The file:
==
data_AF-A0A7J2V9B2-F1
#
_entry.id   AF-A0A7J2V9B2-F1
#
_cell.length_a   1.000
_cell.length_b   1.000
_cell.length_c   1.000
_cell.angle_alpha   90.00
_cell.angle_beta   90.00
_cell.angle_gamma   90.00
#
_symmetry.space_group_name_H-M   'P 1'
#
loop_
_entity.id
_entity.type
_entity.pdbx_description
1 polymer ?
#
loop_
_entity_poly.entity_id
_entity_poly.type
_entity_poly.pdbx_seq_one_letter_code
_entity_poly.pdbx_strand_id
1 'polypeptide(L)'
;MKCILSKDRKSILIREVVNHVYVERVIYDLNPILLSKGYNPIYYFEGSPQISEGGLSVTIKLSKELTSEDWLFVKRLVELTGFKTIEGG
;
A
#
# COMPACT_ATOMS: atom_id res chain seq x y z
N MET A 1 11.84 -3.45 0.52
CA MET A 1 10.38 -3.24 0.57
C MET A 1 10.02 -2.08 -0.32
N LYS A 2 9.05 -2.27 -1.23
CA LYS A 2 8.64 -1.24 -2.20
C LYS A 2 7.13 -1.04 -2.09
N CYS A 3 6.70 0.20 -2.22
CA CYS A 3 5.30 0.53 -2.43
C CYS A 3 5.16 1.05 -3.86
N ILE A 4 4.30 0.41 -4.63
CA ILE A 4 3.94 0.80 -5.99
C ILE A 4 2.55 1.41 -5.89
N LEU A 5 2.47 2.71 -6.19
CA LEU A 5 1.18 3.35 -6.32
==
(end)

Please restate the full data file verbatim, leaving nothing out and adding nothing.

data_AF-A0A7J2V9B2-F1
#
_entry.id   AF-A0A7J2V9B2-F1
#
_cell.length_a   1.000
_cell.length_b   1.000
_cell.length_c   1.000
_cell.angle_alpha   90.00
_cell.angle_beta   90.00
_cell.angle_gamma   90.00
#
_symmetry.space_group_name_H-M   'P 1'
#
loop_
_entity.id
_entity.type
_entity.pdbx_description
1 polymer ?
#
loop_
_entity_poly.entity_id
_entity_poly.type
_entity_poly.pdbx_seq_one_letter_code
_entity_poly.pdbx_strand_id
1 'polypeptide(L)'
;MKCILSKDRKSILIREVVNHVYVERVIYDLNPILLSKGYNPIYYFEGSPQISEGGLSVTIKLSKELTSEDWLFVKRLVELTGFKTIEGG
;
A
#
# COMPACT_ATOMS: atom_id res chain seq x y z
N MET A 1 11.84 -3.45 0.52
CA MET A 1 10.38 -3.24 0.57
C MET A 1 10.02 -2.08 -0.32
N LYS A 2 9.05 -2.27 -1.23
CA LYS A 2 8.64 -1.24 -2.20
C LYS A 2 7.13 -1.04 -2.09
N CYS A 3 6.70 0.20 -2.22
CA CYS A 3 5.30 0.53 -2.43
C CYS A 3 5.16 1.05 -3.86
N ILE A 4 4.30 0.41 -4.63
CA ILE A 4 3.94 0.80 -5.99
C ILE A 4 2.55 1.41 -5.89
N LEU A 5 2.47 2.71 -6.19
CA LEU A 5 1.18 3.35 -6.32